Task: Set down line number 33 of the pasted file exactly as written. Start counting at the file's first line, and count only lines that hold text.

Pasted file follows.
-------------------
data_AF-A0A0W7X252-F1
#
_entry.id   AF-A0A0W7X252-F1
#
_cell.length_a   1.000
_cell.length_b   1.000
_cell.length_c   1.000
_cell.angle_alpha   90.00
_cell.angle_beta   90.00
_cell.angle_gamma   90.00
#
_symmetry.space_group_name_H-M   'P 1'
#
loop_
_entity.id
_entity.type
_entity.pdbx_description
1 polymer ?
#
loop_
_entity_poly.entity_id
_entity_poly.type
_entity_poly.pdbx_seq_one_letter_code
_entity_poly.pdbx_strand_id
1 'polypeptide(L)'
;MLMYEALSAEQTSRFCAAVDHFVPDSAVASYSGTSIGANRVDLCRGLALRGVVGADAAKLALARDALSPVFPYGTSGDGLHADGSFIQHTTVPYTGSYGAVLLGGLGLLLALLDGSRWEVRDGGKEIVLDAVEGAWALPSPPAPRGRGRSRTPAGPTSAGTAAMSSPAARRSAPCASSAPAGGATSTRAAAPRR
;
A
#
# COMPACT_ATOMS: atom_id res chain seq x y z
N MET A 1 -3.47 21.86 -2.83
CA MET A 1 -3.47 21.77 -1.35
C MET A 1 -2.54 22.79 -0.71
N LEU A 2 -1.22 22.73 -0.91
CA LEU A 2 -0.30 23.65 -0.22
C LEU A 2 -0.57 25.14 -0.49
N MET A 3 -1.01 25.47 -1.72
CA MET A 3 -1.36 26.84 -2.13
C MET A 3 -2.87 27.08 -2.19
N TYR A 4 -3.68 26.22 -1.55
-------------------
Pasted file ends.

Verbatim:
C MET A 1 -2.54 22.79 -0.71